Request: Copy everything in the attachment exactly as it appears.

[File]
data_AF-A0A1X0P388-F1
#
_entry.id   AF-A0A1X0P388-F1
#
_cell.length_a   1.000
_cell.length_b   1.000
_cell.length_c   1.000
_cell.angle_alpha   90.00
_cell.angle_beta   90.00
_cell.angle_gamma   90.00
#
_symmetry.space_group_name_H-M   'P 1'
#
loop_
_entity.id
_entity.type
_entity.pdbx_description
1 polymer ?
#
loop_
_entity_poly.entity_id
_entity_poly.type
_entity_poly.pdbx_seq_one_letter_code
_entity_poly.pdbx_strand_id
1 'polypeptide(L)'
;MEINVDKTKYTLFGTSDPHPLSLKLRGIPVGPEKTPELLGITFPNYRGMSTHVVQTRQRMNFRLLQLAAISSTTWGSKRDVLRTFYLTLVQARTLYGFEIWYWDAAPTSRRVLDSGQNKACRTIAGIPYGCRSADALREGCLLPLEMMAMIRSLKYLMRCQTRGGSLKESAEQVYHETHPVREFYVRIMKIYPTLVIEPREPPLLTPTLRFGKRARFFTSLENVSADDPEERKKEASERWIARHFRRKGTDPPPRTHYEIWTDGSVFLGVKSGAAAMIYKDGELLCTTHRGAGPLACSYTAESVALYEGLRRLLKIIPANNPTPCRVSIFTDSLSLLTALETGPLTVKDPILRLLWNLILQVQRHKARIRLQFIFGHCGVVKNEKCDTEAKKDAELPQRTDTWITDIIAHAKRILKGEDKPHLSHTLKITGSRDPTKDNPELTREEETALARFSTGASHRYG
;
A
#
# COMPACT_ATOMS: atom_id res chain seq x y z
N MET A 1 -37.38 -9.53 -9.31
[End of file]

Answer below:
data_AF-A0A1X0P388-F1
#
_entry.id   AF-A0A1X0P388-F1
#
_cell.length_a   1.000
_cell.length_b   1.000
_cell.length_c   1.000
_cell.angle_alpha   90.00
_cell.angle_beta   90.00
_cell.angle_gamma   90.00
#
_symmetry.space_group_name_H-M   'P 1'
#
loop_
_entity.id
_entity.type
_entity.pdbx_description
1 polymer ?
#
loop_
_entity_poly.entity_id
_entity_poly.type
_entity_poly.pdbx_seq_one_letter_code
_entity_poly.pdbx_strand_id
1 'polypeptide(L)'
;MEINVDKTKYTLFGTSDPHPLSLKLRGIPVGPEKTPELLGITFPNYRGMSTHVVQTRQRMNFRLLQLAAISSTTWGSKRDVLRTFYLTLVQARTLYGFEIWYWDAAPTSRRVLDSGQNKACRTIAGIPYGCRSADALREGCLLPLEMMAMIRSLKYLMRCQTRGGSLKESAEQVYHETHPVREFYVRIMKIYPTLVIEPREPPLLTPTLRFGKRARFFTSLENVSADDPEERKKEASERWIARHFRRKGTDPPPRTHYEIWTDGSVFLGVKSGAAAMIYKDGELLCTTHRGAGPLACSYTAESVALYEGLRRLLKIIPANNPTPCRVSIFTDSLSLLTALETGPLTVKDPILRLLWNLILQVQRHKARIRLQFIFGHCGVVKNEKCDTEAKKDAELPQRTDTWITDIIAHAKRILKGEDKPHLSHTLKITGSRDPTKDNPELTREEETALARFSTGASHRYG
;
A
#
# COMPACT_ATOMS: atom_id res chain seq x y z
N MET A 1 -37.38 -9.53 -9.31